> I don't believe that any of the tubing was run through the cornice.

Yeah, I don't like that. There should be headroom to hang them just below that, since I'm making them side by side.

> Any cornice running along that panelling will have a break in it to accommodate that opening. This is just guesswork on my part...

I just went to a lot of trouble last night to cover up the gap in the cornice where the expansion joint is on the port corridor. Guesswork for me, too.

> I am finding that there are two things that consume the most time in CGI...waiting for a multi-polygon scene to render and having to rebuild an object after you find that it doesn't come out just right.

Luckily, my scene renders don't take but about 30 seconds. Great for continually checking progress of stuff. I also can render just the object I'm working on, which is practically instantaneous. If I was going to do a final render, I go to another program, and that could take a couple hours!

The rebuilding of things is time-consuming and frustrating, especially when you're itching to go on to something else.

> Are you including electrical wiring bundles in your passageway overhead?

I'm afraid I'm totally ignorant as to what that sort of thing should look like/where they would go. I originally got off on the Marconi tubes because I was asking in general what sort of junk might be hanging from the ceiling in the corridor, and the tubes were brought up.

If someone said "Here, make a mess of wires something like this and put them here and there," I'd give it a go, just to increase the realism. I've also wondered about light switches -- wouldn't there have been switches at the entrances of the corridors to turn on the lights? Any stuff like that, I'm clueless about.

Thanks for the discussion.

--Mike Mc
 
Mar 3, 1998
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Mike,

<font color="#000066">I'm not wishing to impose on your time over this, so no need to do it on my account. I'm not doing a cut-away of the GSC bulkhead or anything, just curiosity, more than anything. If you perhaps discover anything at some point, let me know if you think of it, please.

I have absolutely no problem going through this now. Even though you're hitting areas that I haven't gotten to yet, I know that my pursuits will take me there someday, so it's either now or later. The more I know about the entire Marconi system and related components, the better. Besides, I share your curiosity.

<font color="#000066">I just went to a lot of trouble last night to cover up the gap in the cornice where the expansion joint is on the port corridor.

The expansion joint...there's another wonderful thing to deal with. Unfortunately the wreck provides no clues on this, at least in the interior. The joint is captured well in the wreck video, but the panelling is all gone. It is interesting to note that there is an absence of electrical wires hanging down in the passageway just forward of the Marconi Room, but that's obviously because the expansion joint runs along that corridor. It makes one wonder how that corridor was lit. On the other hand, there is an electrical distribution panel and at least one major wire bundle that ran along the aft wall of that same corridor (which is also the forward wall of the Marconi rooms).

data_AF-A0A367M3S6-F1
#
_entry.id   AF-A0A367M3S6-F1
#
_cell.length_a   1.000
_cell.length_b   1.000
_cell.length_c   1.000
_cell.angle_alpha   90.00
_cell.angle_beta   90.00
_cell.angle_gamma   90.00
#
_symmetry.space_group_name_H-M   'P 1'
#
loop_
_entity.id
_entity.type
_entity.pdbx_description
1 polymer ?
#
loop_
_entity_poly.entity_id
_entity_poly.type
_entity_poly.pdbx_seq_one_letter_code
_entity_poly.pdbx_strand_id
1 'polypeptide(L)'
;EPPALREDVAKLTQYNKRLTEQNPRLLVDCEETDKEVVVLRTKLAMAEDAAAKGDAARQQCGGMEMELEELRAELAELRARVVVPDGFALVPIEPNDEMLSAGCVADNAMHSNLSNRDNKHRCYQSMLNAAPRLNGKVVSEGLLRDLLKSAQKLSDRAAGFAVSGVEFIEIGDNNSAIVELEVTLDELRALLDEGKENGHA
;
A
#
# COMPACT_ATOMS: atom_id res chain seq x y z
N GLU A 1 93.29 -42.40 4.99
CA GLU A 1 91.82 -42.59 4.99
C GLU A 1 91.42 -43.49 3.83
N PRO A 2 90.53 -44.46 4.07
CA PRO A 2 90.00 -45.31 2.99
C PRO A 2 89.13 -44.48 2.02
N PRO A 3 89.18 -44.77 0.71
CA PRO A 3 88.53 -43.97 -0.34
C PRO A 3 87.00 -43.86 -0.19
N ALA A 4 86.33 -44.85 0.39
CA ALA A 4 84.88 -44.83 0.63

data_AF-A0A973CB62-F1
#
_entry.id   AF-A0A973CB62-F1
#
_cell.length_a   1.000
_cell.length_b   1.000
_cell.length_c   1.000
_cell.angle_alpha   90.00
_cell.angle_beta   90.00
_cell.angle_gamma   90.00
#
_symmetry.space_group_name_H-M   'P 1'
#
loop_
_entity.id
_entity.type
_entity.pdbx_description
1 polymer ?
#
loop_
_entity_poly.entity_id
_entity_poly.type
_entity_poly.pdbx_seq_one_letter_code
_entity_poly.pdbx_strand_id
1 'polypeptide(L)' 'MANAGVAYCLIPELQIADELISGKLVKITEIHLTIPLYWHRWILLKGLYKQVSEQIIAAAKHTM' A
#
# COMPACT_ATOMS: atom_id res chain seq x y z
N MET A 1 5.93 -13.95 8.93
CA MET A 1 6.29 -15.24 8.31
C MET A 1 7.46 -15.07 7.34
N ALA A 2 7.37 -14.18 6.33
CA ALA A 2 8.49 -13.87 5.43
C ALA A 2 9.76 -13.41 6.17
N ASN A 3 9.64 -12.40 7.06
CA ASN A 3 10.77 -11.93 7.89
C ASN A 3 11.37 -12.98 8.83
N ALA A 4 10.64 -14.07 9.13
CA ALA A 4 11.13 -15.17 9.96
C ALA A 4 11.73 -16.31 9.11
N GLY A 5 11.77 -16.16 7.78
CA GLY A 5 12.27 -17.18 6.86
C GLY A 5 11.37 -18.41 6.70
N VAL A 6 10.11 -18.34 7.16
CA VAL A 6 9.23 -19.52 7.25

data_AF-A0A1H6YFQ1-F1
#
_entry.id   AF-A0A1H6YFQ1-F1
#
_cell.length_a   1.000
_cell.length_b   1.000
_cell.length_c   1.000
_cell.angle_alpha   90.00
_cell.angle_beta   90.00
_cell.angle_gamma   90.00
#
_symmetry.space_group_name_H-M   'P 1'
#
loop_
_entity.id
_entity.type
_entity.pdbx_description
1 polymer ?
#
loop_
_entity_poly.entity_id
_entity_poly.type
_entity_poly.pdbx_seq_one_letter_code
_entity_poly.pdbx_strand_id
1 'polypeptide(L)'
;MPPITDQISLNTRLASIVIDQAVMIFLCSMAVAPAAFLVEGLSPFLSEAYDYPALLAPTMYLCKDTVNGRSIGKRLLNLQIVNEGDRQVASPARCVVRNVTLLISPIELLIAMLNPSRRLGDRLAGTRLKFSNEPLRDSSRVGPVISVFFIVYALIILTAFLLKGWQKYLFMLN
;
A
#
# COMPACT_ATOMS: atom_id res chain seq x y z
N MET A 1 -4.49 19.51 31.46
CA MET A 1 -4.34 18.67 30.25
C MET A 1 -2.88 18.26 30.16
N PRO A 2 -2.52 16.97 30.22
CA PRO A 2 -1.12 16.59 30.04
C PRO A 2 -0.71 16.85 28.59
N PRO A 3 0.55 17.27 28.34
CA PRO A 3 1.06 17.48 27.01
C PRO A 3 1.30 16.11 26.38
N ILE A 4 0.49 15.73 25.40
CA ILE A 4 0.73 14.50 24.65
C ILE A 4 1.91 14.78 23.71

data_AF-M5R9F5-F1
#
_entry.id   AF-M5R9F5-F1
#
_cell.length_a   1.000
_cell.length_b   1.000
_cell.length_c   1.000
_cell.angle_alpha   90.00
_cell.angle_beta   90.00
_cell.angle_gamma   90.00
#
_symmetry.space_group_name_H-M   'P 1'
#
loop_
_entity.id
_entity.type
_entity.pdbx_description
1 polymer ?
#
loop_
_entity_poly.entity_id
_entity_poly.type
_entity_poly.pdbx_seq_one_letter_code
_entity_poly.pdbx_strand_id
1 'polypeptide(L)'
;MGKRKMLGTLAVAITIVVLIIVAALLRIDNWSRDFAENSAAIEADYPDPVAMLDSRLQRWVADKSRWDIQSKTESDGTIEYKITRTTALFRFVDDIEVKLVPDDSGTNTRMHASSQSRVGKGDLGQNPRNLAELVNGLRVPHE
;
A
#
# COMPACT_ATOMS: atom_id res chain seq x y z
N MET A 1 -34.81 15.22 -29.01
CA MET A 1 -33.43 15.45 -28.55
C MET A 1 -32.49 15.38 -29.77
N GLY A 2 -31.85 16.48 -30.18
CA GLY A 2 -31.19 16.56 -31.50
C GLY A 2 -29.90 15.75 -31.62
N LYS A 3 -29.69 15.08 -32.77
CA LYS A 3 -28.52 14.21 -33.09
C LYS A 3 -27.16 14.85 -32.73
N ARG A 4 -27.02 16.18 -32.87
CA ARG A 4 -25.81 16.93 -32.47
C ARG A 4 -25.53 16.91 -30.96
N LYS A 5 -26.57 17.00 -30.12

As I write, I can't help but wonder how they provided for flex in the wiring runs in the area of the expansion joint. The steam service pipes in the area of the joint had large loops in them to give them flex (that's another item that you need to include in your overhead), but I don't know about the wires. Hmmmmmmm....

<font color="#000066">If someone said "Here, make a mess of wires something like this and put them here and there," I'd give it a go, just to increase the realism.

In my experience aboard more modern vessels, wires in the overhead are usually held in place by two posts welded to the overhead above, with threaded ends pointing down. A bar is run across the two bolts and held in place by castellated nuts, or some other device. This retaining assembly repeats itself at intervals throughout the run of the wires. Usually, the retaining assembly and the wires themselves are painted the passageway colour. What they would have used in Titanic, I haven't researched yet, but I can look into it. I would have to do that eventually, anyway. Until I can find a good visual reference for this, you might be able to use my verbal description above to build something notional.

<font color="#000066">I've also wondered about light switches -- wouldn't there have been switches at the entrances of the corridors to turn on the lights? Any stuff like that, I'm clueless about.

Light switches, embedded panels, other fittings...as you try to re-create a photorealistic space, the details that you must accommodate seems endless. And the more you think on it, the more you come up with. It can seriously drive one mad. I would love to build a virtual Titanic in complete detail, but I'm afraid that it would take more than my lifetime to complete, even with help.

<font color="#000066">Luckily, my scene renders don't take but about 30 seconds.